In a report released this week, the National Research Council has examined NASA's current trajectory for human spaceflight. Their conclusion? We're not on the right track.
The NRC, a branch of the National Academies, has spent more than $3 million over the last eighteen months on a congressionally-mandated review of America's manned space program. Their results, while perhaps not surprising, are a sobering appraisal of NASA's priorities.
This report is pretty exhaustive. To start off, it spends more than forty pages asking "Why do we go?". Analyzing NASA spending and research returns over the past few decades, the report concludes that the technical benefits reaped are not worth the money expended. But, it continues, when the inspirational value of space exploration is included, the cost becomes acceptable. The panel identified both benefits from inspiring a new generation of scientists and engineers, as well as the international prestige and good will the United States receives from its space accomplishments.
Mindful that space exploration does not provide sufficient innovational reward alone, the NRC recommends that NASA maximize the inspirational value by aspiring to the grandest technically-feasible goal: landing humans on Mars. With this idea in mind, the report goes on to analyze various components of the current NASA strategy.
Overarching across the entire analysis is the question of the agency's budget. Space travel is expensive; deep space travel is likely even more expensive. In light of the $150 billion cost of the Apollo Moon-landing program and the $170 billion spent on the International Space Station, the NRC assumes NASA will need hundreds of billions of dollars over the course of decades to get to Mars. With the agency itself projecting a flat (or, at best, inflation-controlled) budget for the foreseeable future, that money simply is not there. The report suggests yearly increases of about 5% are necessary to fund the technologies needed to get to the Red Planet.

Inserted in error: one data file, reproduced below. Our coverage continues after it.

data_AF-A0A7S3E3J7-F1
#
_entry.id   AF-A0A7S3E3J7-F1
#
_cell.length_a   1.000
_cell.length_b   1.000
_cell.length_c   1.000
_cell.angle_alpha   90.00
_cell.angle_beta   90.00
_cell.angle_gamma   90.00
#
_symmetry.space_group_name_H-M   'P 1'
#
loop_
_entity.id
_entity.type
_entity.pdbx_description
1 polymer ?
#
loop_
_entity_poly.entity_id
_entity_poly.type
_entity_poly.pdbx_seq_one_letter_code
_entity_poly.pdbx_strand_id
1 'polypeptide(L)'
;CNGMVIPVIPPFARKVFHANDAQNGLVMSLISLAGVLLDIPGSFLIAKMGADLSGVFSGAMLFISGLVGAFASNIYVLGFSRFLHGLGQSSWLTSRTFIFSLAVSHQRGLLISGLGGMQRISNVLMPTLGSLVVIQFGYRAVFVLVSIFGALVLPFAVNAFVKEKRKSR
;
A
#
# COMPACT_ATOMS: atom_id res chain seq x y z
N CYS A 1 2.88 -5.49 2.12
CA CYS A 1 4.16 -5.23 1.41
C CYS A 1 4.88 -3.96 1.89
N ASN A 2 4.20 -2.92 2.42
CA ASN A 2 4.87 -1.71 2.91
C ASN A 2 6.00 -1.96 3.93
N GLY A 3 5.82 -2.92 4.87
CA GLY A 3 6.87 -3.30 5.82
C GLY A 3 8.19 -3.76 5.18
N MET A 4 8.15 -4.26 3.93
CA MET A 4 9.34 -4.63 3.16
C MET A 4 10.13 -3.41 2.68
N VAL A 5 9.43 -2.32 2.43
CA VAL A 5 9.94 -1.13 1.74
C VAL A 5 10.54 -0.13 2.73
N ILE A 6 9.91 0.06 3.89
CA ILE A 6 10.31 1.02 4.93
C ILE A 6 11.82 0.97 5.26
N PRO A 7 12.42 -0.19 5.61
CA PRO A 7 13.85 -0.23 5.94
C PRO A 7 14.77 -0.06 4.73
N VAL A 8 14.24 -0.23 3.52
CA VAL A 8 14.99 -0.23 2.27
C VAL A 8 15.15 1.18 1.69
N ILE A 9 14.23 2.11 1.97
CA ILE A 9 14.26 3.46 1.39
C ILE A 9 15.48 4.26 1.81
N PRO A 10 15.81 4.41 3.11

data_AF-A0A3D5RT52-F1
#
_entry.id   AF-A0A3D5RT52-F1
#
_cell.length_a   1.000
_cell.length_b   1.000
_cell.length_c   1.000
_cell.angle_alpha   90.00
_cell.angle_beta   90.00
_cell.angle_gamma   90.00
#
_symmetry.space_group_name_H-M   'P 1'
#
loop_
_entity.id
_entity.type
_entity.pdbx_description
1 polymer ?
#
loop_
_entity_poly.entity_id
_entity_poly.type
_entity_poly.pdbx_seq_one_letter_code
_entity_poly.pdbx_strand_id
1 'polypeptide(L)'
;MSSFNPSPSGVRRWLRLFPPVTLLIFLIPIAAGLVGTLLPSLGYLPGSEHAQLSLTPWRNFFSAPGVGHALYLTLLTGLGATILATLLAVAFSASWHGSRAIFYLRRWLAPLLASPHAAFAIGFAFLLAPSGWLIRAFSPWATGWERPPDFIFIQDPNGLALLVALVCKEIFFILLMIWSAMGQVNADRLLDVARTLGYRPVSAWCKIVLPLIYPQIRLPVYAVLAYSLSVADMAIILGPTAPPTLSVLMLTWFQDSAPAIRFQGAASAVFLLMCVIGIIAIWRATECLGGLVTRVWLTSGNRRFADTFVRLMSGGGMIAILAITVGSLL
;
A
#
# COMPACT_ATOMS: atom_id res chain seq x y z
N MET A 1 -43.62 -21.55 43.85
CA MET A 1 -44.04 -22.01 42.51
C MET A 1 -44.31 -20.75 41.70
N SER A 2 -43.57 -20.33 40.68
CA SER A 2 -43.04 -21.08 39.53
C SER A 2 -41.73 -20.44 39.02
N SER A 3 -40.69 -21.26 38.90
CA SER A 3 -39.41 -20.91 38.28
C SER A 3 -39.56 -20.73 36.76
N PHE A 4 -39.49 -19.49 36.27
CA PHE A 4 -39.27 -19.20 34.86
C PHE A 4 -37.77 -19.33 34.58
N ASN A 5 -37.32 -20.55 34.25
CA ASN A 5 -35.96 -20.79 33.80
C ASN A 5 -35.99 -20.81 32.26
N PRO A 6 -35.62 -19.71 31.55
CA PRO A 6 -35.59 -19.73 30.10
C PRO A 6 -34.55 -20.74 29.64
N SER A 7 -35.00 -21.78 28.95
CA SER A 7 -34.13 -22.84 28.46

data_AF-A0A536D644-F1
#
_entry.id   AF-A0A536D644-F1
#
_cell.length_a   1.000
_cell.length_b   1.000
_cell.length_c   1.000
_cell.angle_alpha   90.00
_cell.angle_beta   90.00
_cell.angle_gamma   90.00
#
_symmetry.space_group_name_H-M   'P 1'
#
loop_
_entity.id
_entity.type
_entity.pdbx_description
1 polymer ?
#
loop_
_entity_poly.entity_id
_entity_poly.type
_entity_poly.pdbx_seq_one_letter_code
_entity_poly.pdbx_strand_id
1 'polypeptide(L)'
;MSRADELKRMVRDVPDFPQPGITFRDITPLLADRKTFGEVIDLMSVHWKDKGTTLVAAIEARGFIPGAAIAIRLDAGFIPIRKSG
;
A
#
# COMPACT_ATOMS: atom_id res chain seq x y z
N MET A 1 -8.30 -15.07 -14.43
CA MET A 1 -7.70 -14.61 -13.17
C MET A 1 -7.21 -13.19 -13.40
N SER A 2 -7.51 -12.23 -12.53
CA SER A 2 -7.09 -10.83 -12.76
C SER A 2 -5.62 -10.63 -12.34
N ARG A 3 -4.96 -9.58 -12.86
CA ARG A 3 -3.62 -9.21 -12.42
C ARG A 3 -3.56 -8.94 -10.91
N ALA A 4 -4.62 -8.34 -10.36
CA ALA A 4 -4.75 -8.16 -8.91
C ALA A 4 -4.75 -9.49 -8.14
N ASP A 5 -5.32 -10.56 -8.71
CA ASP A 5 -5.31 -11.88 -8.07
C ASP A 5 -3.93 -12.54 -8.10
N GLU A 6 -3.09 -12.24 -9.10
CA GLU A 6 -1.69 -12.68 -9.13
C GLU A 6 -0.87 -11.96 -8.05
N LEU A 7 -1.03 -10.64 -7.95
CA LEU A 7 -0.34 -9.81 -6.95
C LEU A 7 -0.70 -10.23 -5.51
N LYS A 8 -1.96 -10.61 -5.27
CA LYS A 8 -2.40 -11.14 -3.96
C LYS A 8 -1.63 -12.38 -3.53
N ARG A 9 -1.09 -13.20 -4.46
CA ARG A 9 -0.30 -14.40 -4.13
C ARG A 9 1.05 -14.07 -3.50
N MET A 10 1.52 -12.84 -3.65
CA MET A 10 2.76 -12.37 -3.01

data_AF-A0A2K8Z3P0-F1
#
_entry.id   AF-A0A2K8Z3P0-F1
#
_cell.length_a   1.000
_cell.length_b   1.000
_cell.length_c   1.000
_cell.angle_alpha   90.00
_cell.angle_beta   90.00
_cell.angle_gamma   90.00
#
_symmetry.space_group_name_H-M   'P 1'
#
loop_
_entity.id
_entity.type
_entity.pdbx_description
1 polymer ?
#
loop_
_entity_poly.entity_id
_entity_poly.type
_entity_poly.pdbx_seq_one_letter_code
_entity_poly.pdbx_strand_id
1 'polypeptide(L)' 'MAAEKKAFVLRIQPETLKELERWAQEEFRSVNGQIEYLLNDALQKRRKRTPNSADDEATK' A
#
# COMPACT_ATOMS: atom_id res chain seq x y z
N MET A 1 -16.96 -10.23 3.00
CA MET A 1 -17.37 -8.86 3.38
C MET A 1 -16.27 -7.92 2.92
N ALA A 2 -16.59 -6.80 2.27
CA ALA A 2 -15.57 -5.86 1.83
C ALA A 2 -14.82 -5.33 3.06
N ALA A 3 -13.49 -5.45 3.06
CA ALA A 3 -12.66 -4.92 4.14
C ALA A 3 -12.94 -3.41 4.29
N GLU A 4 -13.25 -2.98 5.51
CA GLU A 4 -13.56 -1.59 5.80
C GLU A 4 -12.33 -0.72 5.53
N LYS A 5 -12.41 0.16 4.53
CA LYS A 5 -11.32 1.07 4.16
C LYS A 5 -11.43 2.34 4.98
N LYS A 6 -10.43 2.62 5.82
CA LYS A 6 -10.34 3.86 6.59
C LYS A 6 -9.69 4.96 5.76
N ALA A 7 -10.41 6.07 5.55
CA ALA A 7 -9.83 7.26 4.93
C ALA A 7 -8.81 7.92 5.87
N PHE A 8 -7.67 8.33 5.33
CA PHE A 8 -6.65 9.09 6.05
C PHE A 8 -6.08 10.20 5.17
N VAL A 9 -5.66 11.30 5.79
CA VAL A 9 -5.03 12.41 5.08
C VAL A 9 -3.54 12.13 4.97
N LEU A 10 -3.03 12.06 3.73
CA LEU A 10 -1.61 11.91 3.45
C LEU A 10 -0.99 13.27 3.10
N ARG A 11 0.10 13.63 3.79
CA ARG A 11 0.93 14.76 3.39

With funds at a premium, the NRC is highly critical of NASA taking on projects which don't develop the skills and technologies necessary for getting to Mars. Their biggest target is one of the most contentious programs out there today: asteroid capture. Touted by the president and senior agency officials as the next progression of our manned space program, many others have criticized the mission as a poor value. The basic idea is to use a robotic spacecraft to redirect a small asteroid into orbit about the Moon. Then, riding aboard the upcoming Orion space capsule, astronauts would land on the asteroid and study it for up to two weeks before returning home. A neat idea, but one that many have suggested is more appropriate for a robot than a human crew.
The ultimate question here is whether the United States wants to be a space-faring nation. Human spaceflight has always been a go-big-or-go-home affair. And, for a country nearly fifty years removed from landing on the Moon, cozying up to an asteroid isn't going big, it's grasping in the dark for something to cling to. Let's really, seriously go for Mars or let's take that money and spend it somewhere else. For the cost of the trip, we could send fifty Curiosity-class rovers across the solar system.
There is some good news here, though. The United States and Russia are no longer the only nations capable of putting humans into space. China can do it. Soon, India will be able to, as well. So, let's not give up hope on seeing footprints in red dust. I'll wager that citizens of the planet Earth will set foot on the surface of Mars sooner than we might think. Just perhaps not citizens of America.